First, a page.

1447. Xantholaema hsemacephala lutea

(1447) Xantholaema haemacephala lutea (Lesson).
Xantholaema haemacephala lutea, Fauna B. I., Birds, 2nd ed. vol. iv, p. 128.
The Coppersmith is found over the whole of India with the exception of the extreme North-East in Eastern Bengal and Assam. It is common in Ceylon, except in the wettest areas, but is rare in Sind and the driest areas in the Punjab and Rajputana.
This is one of the most common and best known of our Indian birds, breeding in almost every town and village as well as every¬where else where there are signs of cultivation and civilization. It is not a forest bird, but on rare occasions has been found breeding on the outskirts of thin Sal (Shorea robusta) forest. It ascends the hills of Southern India to about 2,000 feet, and in Travancore, according to Bourdillon, to about 1,500 feet, but in the Himalayas hardly reaches oven these elevations.
The birds seem to have no preference in regard to the tree selected for nesting purposes, though, perhaps, more holes are bored in Mango-trees growing in orchards than in any other. Most nest holes are drilled in horizontal branches, the entrance being on the under-aide, but many are built in vertical branches and in the trunk itself. Always, I think, partially rotten trees are selected which, though the outside is hard and green, has a decayed core. The birds cut a tiny entrance, sometimes little more than 1 inch in diameter, for 2 or 3 inches into the soft interior wood. The tunnel then turns at right angles down the branch or trunk. Sometimes, if the wood is not too rotten, a neat well-smoothed little chamber, 3 inches or so in diameter, is cut out immediately under the entrance but, at other times, when the core is very rotten or there is a natural hollow, the eggs may be deposited 2 or even 3 feet from the entrance. In these cases a new entrance is often added nearer the eggs.
Often an upright stump is chosen for nesting purposes, even when they are completely in the open, while Jerdon and McMaster both record birds making their neat holes in cross-beams in vineries, while Coltart had one made in a semi-rotten verandah beam.
The breeding season is from February to April, but eggs may be taken almost any month of the year. Many birds breed in January and eggs have been taken in that month in Bihar (Coltart and Inglis) ; in Poona (Betham) ; in Deesa (Butler) ; and in the Central Provinces (Blewitt), On the other hand, second broods are often raised after the Rains break in June and July, and eggs have also been taken in September. Three eggs are generally laid, sometimes only two and rarely four.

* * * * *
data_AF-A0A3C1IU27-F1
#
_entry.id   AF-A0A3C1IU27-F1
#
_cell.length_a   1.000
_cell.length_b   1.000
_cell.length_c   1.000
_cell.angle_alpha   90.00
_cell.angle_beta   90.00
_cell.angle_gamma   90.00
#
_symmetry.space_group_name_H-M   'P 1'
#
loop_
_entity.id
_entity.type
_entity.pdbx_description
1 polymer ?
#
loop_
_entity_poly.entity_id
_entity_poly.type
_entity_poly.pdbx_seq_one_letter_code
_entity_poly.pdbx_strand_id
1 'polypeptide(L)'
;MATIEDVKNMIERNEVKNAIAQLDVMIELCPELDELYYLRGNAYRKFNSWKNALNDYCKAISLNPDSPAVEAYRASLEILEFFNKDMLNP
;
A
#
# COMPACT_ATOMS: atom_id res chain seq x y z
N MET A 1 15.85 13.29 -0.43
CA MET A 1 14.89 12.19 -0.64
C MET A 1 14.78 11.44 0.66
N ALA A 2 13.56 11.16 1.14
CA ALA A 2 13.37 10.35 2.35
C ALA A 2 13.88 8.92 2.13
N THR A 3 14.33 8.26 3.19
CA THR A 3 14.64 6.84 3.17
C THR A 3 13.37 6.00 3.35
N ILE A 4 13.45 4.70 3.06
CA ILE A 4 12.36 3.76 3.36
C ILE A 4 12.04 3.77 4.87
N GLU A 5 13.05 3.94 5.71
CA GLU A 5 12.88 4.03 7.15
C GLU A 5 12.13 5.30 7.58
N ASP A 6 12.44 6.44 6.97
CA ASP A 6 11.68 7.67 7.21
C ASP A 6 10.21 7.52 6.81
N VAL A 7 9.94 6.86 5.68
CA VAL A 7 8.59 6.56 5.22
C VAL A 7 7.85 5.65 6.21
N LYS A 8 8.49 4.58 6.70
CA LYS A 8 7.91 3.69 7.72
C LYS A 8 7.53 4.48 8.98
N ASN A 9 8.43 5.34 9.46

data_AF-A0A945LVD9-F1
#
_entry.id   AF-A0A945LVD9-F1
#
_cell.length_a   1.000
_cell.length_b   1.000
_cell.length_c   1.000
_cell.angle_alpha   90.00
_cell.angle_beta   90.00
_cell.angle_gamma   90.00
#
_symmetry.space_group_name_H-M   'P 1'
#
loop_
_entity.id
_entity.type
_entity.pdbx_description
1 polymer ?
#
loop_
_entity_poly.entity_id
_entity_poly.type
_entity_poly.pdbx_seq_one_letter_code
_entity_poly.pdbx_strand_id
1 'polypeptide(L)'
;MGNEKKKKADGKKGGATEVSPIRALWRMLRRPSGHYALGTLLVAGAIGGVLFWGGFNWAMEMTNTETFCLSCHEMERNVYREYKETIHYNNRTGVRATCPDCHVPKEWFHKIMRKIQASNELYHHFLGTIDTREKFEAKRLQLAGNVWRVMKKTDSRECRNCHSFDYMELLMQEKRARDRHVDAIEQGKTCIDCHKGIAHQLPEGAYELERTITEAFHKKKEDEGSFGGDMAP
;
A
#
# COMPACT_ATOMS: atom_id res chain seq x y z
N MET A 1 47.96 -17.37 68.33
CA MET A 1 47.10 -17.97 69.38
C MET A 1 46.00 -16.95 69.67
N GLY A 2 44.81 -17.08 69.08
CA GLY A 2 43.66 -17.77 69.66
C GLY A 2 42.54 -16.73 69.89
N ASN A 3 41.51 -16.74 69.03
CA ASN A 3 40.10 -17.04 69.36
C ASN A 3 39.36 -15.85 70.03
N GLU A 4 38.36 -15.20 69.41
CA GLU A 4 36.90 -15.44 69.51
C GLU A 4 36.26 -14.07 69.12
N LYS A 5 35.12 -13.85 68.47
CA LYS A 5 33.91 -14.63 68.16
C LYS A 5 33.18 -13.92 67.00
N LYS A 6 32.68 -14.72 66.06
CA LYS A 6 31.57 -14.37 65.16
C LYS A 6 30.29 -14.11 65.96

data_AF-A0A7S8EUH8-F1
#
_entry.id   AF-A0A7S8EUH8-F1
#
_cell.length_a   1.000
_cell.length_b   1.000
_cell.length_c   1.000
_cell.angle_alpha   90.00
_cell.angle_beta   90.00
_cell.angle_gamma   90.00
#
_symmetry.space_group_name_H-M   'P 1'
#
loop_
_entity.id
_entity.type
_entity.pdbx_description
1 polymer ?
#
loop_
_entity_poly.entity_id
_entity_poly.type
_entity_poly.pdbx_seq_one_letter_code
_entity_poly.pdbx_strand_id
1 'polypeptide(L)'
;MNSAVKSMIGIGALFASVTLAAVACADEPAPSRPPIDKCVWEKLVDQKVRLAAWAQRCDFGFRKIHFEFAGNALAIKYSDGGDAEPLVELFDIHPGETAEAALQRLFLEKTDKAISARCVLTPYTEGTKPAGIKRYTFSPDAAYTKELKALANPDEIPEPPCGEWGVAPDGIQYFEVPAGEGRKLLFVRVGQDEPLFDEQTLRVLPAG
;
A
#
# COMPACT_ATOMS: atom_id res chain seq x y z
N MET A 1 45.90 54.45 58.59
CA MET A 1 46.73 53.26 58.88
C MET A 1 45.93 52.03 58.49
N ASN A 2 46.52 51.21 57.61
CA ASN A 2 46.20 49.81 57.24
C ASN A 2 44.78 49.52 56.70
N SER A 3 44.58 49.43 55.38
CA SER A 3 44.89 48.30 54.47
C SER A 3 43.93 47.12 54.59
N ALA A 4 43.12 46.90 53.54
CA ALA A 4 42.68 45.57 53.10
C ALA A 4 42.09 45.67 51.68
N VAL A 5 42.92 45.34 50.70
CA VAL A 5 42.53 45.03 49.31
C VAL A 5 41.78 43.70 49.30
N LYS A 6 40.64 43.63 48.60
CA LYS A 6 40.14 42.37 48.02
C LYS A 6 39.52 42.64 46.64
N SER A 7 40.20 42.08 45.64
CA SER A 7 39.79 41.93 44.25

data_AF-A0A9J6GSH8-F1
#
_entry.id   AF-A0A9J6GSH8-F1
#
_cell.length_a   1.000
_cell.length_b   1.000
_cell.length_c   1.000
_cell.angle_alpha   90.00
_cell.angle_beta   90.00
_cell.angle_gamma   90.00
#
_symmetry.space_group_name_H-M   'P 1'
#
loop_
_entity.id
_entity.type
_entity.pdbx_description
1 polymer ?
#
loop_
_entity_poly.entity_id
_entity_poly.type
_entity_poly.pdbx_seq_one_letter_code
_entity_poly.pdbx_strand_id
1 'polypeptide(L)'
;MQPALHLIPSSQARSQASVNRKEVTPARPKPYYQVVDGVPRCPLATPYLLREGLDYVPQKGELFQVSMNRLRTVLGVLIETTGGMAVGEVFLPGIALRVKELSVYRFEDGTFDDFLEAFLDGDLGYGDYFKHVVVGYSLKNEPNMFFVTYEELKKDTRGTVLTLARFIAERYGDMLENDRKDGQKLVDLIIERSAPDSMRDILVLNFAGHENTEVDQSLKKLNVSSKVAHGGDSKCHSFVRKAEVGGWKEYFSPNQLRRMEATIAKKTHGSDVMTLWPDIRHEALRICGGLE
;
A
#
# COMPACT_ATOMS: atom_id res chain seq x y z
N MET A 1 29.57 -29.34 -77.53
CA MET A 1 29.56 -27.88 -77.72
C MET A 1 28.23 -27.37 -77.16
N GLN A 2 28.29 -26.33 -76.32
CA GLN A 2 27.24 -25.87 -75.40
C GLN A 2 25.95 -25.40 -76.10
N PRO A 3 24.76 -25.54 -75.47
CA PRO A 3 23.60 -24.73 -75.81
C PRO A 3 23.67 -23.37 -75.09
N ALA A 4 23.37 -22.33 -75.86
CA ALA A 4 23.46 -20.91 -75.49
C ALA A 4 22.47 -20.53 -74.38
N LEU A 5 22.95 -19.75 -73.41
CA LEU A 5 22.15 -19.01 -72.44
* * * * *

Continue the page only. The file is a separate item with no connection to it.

In shape they are long, sometimes rather elliptical, ovals, quite blunt at the smaller end.
Fifty eggs average 25.0 x17.7 mm. : maxima 28.0 x 17.0 and 27.9 x 18.9 mm. ; minima 23.0 x 17.2 and 24.6 x 15.9 mm.
Both birds work on the excavation. When the entrance is being cut out they work alternately for from five to ten minutes at a time but, when the interior excavation starts, one bird works inside and the other receives and throws away the chips from the entrance, male and female taking turns at the harder interior work.
Both male and female incubate, but the female does most of the day work, while at night both birds frequently sleep in the nest- hole.
The nest-hole is often occupied for many years in succession, though it is constantly deepened and fresh entrances are drilled nearer the eggs each year.
Several writers speak of two pairs of birds breeding in the same branch of a tree, probably in most instances because one of a pair is seen to enter or leave by one hole while the other bird uses another hole. Butler, however, actually took a clutch of eggs and a brood of young within a foot of one another in the same branch.
They sit very close, and will often allow themselves to be moved by hand from the eggs, pecking vigorously and unpleasantly hard all the time.

The Nidification Of Birds Of The Indian Empire
Baker, Edward Charles Stuart. The nidification of birds of the Indian Empire. Vol. 3. 1934.
Title in Book: 
1447. Xantholaema hsemacephala lutea
Spp Author: 
Book Author: 
Edward Charles Stuart Baker
Page No: 
Common name: 
Indian Crimson Brested Barbet
Coppersmith Barbet
Megalaima haemacephala
Vol. 3

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